By: Fabian Cotter, Photography by: courtesy Go-Ahead, Video by: courtesy Go-Ahead

It might take acrid bushfire smoke or visible city pollution to get people to even think about the air we breathe, but one UK bus operator is tackling the ‘clear’ stuff already, one rooftop at a time.

The bespoke Euro 6 ADL E200 MMC single-decker buses – which strip pollutant particles from the air as they drive via a roof-mounted device – are now to be deployed in Brighton, Manchester, Newcastle, Oxford, Plymouth and Crawley/Gatwick.

Seeing is believing, they say – but should that inherently subjective ideology be held more accountable for arguably stymieing progression and judgement more often that it seemingly cites evidence for making informed decisions and personal advancement?

That is, if one waited around for things to happen or be experienced and seen, and if these were bad accidents or negative occurrences, does it not behove us to anticipate such things and avoid them?

Like, if there’s enough expert opinion or scientific evidence of something – underwritten by a dollop of good ol’ common-sense – why wait for ‘seeing’ things in action if you knew there was an inevitable need to circumvent or sidestep them?

And this is where we are at in this climate change (or not) debate…


The above hypothesis quite easily fits either side of the argument depending on how you want to look at it. Why wait versus why change. The expert stats you ‘see’ and ‘believe’ don't stack up to the ‘common-sense’ weather patterns we’ve seen for hundreds of years etc.

Stalemate, or checkmate – this stuff is going to go on for many, many years.

So why is air important? Aside from the obvious that without it we’d be cactus, its quality and clarity is crucially something immediately beneficial to human health with every breath we take – and that universal appeal is one of the more under-estimated drivers for societal change yet to be properly harnessed.

That is, if they could sell you clean air for a king’s ransom, they would! And if you needed to buy it then you deserved to be ‘pilfered’ like that for your lifetime because you let it even get to that stage.

One leading UK bus operator ‘sees’ the value in air and has started to clean it using its buses, one journey at a time.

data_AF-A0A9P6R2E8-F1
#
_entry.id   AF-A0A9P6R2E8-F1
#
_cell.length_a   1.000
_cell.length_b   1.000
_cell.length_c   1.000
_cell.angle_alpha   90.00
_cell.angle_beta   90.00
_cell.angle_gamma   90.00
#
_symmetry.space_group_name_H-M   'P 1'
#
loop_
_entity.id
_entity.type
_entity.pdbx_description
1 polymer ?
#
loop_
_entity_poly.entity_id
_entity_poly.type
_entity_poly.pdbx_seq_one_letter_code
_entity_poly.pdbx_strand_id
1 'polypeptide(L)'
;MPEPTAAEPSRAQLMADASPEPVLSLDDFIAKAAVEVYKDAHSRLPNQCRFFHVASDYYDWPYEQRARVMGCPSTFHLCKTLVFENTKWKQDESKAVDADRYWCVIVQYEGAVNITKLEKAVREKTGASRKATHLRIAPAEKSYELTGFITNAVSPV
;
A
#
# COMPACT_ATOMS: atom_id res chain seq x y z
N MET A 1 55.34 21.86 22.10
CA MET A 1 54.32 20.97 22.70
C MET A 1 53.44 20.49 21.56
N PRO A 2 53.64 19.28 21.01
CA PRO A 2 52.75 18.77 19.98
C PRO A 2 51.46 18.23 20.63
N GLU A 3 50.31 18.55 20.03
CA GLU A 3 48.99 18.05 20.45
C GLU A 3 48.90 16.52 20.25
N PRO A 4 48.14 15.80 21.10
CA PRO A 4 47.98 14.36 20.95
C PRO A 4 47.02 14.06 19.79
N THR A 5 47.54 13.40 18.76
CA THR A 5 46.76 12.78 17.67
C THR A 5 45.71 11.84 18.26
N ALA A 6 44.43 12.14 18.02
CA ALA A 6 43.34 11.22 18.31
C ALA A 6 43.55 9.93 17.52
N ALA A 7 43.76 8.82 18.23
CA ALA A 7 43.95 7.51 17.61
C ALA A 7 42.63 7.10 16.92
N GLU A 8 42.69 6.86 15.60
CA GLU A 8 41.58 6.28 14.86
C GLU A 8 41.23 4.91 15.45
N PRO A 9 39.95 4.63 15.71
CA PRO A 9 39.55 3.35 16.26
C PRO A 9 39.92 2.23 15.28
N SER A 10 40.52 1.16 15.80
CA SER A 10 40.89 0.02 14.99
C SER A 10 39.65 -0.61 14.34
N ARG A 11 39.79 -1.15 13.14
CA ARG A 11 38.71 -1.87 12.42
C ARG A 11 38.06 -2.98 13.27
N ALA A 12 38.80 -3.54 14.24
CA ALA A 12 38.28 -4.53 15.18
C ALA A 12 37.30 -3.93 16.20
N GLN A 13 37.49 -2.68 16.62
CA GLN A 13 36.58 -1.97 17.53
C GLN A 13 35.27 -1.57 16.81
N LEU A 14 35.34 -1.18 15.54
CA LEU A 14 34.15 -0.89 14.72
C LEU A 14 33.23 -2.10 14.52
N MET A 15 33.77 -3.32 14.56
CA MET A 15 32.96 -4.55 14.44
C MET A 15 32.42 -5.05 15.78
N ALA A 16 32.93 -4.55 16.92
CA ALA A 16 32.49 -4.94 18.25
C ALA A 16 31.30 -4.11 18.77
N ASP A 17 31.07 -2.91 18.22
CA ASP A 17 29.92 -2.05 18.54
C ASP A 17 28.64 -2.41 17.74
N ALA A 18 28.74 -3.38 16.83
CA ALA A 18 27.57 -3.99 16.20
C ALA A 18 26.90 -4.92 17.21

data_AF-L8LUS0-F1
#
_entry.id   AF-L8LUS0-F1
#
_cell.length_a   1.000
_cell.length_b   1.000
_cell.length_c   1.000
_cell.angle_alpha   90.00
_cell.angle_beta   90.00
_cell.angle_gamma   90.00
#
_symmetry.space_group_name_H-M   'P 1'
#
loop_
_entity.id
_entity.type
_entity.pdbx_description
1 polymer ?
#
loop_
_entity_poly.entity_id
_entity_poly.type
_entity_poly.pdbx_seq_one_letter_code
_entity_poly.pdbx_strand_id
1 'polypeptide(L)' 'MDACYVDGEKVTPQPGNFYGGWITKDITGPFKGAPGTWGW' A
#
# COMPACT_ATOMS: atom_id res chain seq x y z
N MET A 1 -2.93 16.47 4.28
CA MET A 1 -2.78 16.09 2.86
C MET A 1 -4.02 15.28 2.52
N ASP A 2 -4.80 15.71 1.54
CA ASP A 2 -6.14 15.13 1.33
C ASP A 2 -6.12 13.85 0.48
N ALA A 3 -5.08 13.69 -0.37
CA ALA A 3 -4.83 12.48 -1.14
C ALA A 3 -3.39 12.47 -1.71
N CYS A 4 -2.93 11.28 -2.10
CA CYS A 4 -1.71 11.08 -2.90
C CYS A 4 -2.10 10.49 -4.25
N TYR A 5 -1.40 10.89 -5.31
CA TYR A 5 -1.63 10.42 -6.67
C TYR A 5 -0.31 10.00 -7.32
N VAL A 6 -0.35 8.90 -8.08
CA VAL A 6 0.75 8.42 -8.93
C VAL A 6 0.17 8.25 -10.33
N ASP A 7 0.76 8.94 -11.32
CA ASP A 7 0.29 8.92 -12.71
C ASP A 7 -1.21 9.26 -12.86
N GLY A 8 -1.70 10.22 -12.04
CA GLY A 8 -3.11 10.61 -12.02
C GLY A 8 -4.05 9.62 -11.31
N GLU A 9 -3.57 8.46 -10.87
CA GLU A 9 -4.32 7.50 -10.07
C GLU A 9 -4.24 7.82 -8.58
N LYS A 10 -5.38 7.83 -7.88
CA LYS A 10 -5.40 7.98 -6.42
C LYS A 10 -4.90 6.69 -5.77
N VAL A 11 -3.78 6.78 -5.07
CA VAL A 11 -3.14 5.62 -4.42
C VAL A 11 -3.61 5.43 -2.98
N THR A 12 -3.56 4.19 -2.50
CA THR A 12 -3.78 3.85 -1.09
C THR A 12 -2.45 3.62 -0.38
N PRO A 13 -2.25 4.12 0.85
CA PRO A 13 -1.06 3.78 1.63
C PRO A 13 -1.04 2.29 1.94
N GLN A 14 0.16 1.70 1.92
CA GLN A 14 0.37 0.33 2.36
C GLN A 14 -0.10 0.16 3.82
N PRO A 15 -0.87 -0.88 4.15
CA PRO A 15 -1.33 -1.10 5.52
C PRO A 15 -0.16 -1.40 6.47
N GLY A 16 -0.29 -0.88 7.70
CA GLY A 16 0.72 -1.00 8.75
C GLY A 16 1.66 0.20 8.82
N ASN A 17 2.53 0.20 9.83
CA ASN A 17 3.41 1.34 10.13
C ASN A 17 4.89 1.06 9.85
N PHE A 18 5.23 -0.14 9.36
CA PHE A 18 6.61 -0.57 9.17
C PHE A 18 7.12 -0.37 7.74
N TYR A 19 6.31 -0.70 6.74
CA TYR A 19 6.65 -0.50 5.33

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Late January, 2020, transport operator the Go-Ahead Group started rolling out its unique ‘air filtering bus’ nationwide to help tackle pollution in its biggest towns and cities, it confirms.

Go-Ahead is one of the UK’s largest bus operators. With a fleet of nearly 6,000 buses, it carries more than two million passengers every day, it states.

The air-filtering buses will be deployed in six more regions – they started in Southampton – as the group accelerates plans to have the greenest fleet of buses in the country, it says. 

The bespoke Euro 6 ADL E200 MMC single-decker buses – which strip pollutant particles from the air as they drive via a roof-mounted device – are now to be deployed in Brighton, Manchester, Newcastle, Oxford, Plymouth and Crawley/Gatwick. The buses will hit the streets from the early European summer, the company states.


So how exactly does it work? Each bus is fitted with an air filtering system made up of three fans on the roof that suck ultra-fine particles and dirt (known as PM10) into special filters, Go-Ahead explains.

The air filters were designed bespoke by Aerospace engineer company PALL specifically for Go-Ahead.

The current roll-out follows a successful launch in Southampton last year where initial tests showed that a single bus could remove as much as 65g of pollutants from the air – equivalent to the weight of a tennis ball – in a 100-day period (and cleaned 3.2 million cubic meters of city air), it says.

It comes amid growing concern about the rising levels of pollution and demands for local authorities to do to more to clean up the air we breathe, it explains.